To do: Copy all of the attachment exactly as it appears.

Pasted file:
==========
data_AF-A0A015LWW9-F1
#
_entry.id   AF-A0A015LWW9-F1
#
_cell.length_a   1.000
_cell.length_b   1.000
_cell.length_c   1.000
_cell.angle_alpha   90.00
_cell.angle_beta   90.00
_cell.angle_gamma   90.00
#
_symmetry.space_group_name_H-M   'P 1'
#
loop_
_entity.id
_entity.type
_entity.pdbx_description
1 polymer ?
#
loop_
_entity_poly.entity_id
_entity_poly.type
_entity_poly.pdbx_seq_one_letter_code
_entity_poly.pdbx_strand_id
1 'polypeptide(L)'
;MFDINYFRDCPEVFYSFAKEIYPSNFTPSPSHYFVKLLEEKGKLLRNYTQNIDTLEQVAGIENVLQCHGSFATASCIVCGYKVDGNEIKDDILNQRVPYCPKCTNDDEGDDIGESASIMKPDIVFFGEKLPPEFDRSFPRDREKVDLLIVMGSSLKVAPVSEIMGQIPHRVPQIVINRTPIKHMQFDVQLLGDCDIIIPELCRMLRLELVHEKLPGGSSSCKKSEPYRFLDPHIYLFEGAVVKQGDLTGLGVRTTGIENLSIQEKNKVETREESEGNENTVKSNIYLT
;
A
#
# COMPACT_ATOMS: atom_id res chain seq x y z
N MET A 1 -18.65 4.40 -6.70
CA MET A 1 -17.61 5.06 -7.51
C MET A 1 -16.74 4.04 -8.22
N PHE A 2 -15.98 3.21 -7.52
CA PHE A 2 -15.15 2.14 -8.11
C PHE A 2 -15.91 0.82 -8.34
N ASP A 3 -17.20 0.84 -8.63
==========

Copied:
data_AF-A0A015LWW9-F1
#
_entry.id   AF-A0A015LWW9-F1
#
_cell.length_a   1.000
_cell.length_b   1.000
_cell.length_c   1.000
_cell.angle_alpha   90.00
_cell.angle_beta   90.00
_cell.angle_gamma   90.00
#
_symmetry.space_group_name_H-M   'P 1'
#
loop_
_entity.id
_entity.type
_entity.pdbx_description
1 polymer ?
#
loop_
_entity_poly.entity_id
_entity_poly.type
_entity_poly.pdbx_seq_one_letter_code
_entity_poly.pdbx_strand_id
1 'polypeptide(L)'
;MFDINYFRDCPEVFYSFAKEIYPSNFTPSPSHYFVKLLEEKGKLLRNYTQNIDTLEQVAGIENVLQCHGSFATASCIVCGYKVDGNEIKDDILNQRVPYCPKCTNDDEGDDIGESASIMKPDIVFFGEKLPPEFDRSFPRDREKVDLLIVMGSSLKVAPVSEIMGQIPHRVPQIVINRTPIKHMQFDVQLLGDCDIIIPELCRMLRLELVHEKLPGGSSSCKKSEPYRFLDPHIYLFEGAVVKQGDLTGLGVRTTGIENLSIQEKNKVETREESEGNENTVKSNIYLT
;
A
#
# COMPACT_ATOMS: atom_id res chain seq x y z
N MET A 1 -18.65 4.40 -6.70
CA MET A 1 -17.61 5.06 -7.51
C MET A 1 -16.74 4.04 -8.22
N PHE A 2 -15.98 3.21 -7.52
CA PHE A 2 -15.15 2.14 -8.11
C PHE A 2 -15.91 0.82 -8.34
N ASP A 3 -17.20 0.84 -8.63